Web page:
“Boasberg is on a six-month sabbatical, but when he returns in the summer of 2016, he is likely to enjoy support from a majority of the board for quite a few years. The opposition is weak and disorganized, and all the momentum is on the side of the reformers. If anything, some on the board are frustrated that Boasberg is not moving faster.

It is hard to see what might derail the portfolio strategy, even if the bureaucracy continues to slow it down. Denver has proven, for a decade now, that charter schools offer a more effective model of urban education. It is about to launch an Innovation Zone, which—if done properly—will give some district schools the autonomy and accountability that make charters so effective.

Within a decade, the district could reach a tipping point, where a majority of public school families choose charters or innovation schools. When that happens, the reforms will be difficult to undo. And Denver will be well on the road to proving that an elected board can transform a 20th-century system organized on the principles of bureaucracy into a 21st-century system built to deliver continuous improvement.”

Denver has become a national leader for its implementation of “education reform.”  This has been relatively easy to accomplish with the help of the national media who continuously bolster the “education reform” agenda of chaos and churn.  “Education reformers” in Denver have all the elements in place to continue to push a failing education model. Be afraid, Denver. Be very afraid.

 

 

 

 

 

 

 

 

 

 

 

 

 

 

 

4 thoughts on “What’sNext?

  1. “As for DSST. DSST students score very well on standardized tests. DSST students who start at DSST in the ninth grade do not all make it to graduation. In seven years at the flagship DSST, Stapleton, 972 students started as freshmen. Four years later 549 graduated. Graduation rate? 56.5%. The Green Valley Ranch DSST had a slightly higher rate for its only graduating class to date: 145 started, 86 graduated. Rate = 59.3%. And if you bother to read the latest DSST graduation celebratory email entitled, Celebrating 100% College 9 Years in a Row.” Hmmm. Isn’t it amazing how not one student in nine years has failed to be accepted to college? Try to find the actual number of graduates in the press release. And 100% is a bit misleading. It is 100% of a little less than the original 60% entering freshmen. Where the missing 40+% go and why they leave is a tale yet to be told.”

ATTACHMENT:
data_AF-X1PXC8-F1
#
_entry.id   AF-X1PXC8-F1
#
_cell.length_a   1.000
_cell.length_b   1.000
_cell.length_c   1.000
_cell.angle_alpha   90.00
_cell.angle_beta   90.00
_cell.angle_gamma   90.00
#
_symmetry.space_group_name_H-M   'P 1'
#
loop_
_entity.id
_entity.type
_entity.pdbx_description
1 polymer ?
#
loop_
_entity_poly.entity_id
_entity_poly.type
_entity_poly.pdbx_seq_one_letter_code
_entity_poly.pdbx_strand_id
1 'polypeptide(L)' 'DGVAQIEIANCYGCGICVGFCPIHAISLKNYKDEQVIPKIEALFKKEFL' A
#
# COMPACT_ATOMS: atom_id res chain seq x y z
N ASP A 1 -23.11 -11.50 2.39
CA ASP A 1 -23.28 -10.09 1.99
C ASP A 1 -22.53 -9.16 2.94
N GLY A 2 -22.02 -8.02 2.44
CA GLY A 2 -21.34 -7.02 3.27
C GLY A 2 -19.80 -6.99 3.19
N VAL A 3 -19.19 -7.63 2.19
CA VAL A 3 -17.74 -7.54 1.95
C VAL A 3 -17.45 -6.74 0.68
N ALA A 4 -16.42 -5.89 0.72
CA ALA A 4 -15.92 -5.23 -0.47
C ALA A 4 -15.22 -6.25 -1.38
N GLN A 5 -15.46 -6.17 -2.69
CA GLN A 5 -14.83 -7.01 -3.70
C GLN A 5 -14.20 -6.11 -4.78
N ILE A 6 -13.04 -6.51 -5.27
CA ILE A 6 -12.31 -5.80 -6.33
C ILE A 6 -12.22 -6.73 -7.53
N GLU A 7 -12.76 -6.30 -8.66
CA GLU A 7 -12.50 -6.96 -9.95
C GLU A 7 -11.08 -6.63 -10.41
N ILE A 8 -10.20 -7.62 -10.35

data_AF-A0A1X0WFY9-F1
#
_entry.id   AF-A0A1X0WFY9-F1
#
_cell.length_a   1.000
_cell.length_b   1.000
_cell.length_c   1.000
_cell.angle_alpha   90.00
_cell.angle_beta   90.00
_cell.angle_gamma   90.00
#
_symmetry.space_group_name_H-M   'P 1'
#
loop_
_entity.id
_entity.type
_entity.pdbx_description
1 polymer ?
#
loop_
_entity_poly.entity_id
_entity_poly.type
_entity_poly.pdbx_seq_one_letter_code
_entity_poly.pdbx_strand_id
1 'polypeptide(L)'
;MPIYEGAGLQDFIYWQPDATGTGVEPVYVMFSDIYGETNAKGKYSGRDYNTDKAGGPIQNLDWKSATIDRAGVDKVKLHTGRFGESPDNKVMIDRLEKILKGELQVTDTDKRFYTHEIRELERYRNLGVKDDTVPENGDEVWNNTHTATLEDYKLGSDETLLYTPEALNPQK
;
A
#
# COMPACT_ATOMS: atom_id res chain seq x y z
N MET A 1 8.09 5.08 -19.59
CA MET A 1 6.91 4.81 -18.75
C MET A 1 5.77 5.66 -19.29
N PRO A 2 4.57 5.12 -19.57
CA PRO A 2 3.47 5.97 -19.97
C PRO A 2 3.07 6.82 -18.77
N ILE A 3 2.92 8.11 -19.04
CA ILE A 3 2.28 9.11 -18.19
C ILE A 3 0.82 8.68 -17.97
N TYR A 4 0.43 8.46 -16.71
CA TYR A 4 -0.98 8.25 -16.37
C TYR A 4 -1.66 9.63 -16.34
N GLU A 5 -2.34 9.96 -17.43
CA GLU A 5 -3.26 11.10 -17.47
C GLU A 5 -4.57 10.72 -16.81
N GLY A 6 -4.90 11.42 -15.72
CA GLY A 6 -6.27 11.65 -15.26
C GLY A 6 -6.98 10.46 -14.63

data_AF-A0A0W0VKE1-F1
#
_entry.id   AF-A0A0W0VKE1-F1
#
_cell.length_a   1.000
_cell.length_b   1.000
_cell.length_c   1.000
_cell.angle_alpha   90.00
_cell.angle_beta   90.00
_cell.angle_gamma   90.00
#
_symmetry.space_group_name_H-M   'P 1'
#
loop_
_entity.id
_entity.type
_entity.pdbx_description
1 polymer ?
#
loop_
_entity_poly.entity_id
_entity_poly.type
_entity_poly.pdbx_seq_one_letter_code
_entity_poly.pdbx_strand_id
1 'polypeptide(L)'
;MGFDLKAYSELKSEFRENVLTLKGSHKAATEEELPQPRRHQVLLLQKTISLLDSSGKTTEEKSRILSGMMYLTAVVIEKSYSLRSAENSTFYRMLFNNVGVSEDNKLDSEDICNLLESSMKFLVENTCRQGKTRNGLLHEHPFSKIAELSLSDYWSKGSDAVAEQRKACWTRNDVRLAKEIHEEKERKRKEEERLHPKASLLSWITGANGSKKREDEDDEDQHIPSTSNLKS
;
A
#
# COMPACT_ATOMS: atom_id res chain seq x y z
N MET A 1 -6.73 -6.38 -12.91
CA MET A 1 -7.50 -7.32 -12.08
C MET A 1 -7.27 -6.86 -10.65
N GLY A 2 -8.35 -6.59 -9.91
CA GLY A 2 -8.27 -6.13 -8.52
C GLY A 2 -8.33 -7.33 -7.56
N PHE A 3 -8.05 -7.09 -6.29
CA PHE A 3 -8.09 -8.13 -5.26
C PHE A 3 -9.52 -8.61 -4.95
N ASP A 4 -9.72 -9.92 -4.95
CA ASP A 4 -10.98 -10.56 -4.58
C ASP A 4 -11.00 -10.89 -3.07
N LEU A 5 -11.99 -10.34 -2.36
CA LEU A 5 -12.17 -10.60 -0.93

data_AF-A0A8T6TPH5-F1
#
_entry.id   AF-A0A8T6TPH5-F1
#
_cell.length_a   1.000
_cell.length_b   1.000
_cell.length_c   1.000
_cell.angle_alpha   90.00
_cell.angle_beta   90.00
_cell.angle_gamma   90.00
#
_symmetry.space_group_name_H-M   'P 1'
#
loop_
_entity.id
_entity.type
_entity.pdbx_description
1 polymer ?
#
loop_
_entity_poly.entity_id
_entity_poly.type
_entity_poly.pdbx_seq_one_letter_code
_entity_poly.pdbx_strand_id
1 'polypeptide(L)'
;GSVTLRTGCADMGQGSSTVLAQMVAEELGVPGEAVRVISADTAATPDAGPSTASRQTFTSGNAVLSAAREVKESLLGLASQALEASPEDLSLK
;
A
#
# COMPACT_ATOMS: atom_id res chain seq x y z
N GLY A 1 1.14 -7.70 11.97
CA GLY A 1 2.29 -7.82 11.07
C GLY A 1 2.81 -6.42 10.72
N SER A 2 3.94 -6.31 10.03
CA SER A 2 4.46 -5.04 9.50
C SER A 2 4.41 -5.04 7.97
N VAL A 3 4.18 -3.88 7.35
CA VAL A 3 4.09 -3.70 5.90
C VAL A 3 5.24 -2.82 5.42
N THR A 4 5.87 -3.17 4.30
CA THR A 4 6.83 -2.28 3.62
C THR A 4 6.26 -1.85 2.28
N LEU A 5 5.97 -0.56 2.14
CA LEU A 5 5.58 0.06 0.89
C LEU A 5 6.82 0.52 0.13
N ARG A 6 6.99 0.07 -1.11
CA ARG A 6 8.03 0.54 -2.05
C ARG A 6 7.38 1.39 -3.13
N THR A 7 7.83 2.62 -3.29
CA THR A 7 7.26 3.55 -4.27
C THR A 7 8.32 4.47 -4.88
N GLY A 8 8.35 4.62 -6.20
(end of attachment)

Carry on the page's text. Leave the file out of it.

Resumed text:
For those wondering about the methodology that Ms. Kaplan uses to achieve these numbers, she offers useful detail in the comments here:
    https://themerrowreport.com/2016/03/18/evas-offensive/#comments

    Like

    • Thank you, Stephen. I actually used the number of starting freshmen provided by DPS through the TCAP participants. (TCAPs we’re the standardized tests before PARCC.) I divided that into the number who actually graduated as seniors. This is the same methodology used by CRPE which found Denver to be 45 out of 50 urban districts for improving graduation rates. I am trying to track down why kids left and where they went after leaving DSSTs. These are actually not easily discovered facts. One would think that a business with a focus on customer satisfaction might want to find out why it was losing customers and where they were going. Apparently not the case with charters in DPS. Just keep that public money coming! I have heard this year’s second graduating class at the Green Valley Ranch, the school with higher FRL and minority students than the original HS at Stapleton, has fallen to below 55%, using the same methodology. I will try to confirm that asap